pragwater:

All graduate students should read this article.

Originally posted on The Contemplative Mammoth:

This post is part of the Diversity in Science Blog Carnival on Imposter Syndrome, hosted by Scicurious over at Neurotic Physiology.

This may come as a surprise, but your colleagues are probably not thinking this.

When I started graduate school at the University of Wisconsin, I felt like an imposter. I thought that all of my fellow grad students were more together, had more basic science training (I never took calculus, intro bio or chemistry as an undergrad), were more articulate, less doubtful. I felt like I’d somehow fooled everyone into thinking I was qualified to get into graduate school, and couldn’t shake the anxiety that someone would ultimately figure out the error. When something good would happen– a grant, or an award– I subconsciously chalked it up to luck, rather than merit. It wasn’t until I was a year or two into my PhD that I learned…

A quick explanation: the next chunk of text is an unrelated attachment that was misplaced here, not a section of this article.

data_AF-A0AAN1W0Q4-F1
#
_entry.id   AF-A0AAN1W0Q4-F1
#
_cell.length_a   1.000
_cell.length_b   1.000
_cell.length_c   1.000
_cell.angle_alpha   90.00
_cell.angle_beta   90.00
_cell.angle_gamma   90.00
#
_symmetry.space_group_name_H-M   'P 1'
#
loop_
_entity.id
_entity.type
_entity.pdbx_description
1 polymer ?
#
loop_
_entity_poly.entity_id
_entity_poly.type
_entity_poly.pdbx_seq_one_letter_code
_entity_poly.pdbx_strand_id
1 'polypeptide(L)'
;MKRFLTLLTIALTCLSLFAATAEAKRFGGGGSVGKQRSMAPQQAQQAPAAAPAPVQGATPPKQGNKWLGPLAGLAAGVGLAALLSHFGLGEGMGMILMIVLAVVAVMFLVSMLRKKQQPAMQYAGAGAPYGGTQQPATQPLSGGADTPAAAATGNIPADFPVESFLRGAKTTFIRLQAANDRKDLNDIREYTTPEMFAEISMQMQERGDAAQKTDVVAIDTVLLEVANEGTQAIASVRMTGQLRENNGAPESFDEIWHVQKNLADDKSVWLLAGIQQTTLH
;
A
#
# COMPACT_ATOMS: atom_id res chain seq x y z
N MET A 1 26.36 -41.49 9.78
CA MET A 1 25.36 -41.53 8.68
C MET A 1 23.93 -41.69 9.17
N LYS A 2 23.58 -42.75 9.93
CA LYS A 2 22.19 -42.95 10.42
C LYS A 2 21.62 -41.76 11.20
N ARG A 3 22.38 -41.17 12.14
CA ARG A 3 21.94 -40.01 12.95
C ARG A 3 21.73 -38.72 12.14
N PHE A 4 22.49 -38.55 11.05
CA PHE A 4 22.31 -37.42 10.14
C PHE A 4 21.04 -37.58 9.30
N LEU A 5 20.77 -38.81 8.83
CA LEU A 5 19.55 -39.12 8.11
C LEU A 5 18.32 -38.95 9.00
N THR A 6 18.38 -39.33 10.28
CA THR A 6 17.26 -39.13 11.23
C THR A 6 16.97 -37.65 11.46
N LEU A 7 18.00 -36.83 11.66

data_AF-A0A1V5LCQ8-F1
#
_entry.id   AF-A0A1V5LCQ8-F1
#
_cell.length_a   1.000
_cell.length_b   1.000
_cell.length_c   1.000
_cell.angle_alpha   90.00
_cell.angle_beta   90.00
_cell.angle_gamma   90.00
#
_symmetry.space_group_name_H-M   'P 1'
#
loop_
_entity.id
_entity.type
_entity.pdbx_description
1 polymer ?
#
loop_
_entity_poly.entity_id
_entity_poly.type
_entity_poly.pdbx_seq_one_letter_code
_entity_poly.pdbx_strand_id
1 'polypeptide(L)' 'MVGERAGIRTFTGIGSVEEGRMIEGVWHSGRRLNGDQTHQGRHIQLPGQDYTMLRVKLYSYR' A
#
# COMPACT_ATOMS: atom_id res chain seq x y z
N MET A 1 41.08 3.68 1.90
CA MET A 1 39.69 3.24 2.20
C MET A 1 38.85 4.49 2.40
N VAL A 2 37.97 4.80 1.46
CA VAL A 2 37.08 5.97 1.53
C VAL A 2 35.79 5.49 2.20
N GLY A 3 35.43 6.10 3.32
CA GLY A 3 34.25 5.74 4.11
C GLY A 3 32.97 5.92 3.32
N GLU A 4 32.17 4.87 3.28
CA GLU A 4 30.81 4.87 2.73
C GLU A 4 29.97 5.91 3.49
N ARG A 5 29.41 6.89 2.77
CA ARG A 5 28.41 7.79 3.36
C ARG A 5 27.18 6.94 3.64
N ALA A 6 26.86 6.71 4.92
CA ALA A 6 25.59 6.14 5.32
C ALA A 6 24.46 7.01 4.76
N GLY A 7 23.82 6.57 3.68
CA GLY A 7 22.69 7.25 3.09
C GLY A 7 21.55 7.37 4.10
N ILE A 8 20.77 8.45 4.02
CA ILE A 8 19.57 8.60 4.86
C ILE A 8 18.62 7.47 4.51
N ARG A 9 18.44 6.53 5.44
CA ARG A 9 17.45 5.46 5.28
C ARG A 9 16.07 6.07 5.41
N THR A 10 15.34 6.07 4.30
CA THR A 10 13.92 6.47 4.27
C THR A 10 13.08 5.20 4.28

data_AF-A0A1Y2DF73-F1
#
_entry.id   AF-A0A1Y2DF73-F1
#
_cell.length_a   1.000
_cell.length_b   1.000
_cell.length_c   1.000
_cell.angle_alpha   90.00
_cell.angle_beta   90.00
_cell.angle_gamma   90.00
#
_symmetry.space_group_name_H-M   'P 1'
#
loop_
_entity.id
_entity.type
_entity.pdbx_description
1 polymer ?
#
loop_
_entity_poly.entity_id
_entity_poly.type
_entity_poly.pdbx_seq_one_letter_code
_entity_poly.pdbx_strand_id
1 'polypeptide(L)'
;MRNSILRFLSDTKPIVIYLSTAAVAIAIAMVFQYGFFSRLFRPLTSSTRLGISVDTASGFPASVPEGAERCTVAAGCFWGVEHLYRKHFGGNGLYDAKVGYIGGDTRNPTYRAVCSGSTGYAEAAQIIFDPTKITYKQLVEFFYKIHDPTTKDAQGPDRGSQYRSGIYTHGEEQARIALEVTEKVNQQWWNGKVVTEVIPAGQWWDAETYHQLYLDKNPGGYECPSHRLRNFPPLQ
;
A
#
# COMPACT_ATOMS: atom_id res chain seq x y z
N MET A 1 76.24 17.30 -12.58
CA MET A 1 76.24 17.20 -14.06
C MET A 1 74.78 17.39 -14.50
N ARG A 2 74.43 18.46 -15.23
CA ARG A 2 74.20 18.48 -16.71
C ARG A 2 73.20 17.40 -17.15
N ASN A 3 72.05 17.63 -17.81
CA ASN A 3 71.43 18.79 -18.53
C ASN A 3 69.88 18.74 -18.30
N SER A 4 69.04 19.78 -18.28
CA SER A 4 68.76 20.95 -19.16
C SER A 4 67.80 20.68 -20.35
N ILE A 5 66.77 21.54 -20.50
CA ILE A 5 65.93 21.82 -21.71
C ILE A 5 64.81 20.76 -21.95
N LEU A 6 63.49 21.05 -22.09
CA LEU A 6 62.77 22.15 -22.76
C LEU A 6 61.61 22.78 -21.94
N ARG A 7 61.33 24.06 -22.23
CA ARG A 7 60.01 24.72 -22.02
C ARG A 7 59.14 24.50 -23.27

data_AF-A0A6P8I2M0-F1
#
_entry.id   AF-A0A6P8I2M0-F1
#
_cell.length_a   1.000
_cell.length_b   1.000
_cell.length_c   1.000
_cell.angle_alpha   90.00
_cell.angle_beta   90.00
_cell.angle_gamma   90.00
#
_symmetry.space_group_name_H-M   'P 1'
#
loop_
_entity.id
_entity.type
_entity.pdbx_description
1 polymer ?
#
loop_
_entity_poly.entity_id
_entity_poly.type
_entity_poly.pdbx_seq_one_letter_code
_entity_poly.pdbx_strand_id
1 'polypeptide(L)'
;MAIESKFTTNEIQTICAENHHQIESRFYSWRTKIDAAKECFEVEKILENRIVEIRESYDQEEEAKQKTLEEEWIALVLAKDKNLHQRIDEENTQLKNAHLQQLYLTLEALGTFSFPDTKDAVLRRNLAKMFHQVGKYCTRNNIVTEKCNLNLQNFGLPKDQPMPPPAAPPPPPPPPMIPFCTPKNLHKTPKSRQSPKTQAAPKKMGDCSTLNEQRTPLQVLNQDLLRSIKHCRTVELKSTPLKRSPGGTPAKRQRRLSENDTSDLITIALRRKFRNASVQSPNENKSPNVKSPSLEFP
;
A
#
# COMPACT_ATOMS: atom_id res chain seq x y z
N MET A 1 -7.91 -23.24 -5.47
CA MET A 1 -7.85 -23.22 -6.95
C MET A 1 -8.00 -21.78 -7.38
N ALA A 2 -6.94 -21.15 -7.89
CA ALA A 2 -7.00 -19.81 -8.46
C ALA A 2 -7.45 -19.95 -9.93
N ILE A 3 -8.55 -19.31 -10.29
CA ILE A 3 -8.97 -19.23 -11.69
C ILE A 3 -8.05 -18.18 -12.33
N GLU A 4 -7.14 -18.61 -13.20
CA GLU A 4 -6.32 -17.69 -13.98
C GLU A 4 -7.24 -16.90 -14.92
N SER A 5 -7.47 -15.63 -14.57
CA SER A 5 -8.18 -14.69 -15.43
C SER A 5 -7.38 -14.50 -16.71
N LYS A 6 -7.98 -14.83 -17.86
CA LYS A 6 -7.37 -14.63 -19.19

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About pragwater

Eric Harmsen is a professor at the University of Puerto Rico-Mayaguez Campus, Dept. of Agricultural and Biosystems Engineering. He teaches courses in agricultural hydrology, agroclimatology and irrigation. His research interests include: Measurement and modeling all components of the hydrologic cycle, remote sensing of water and energy balance in the Tropics, and agroclimatology.
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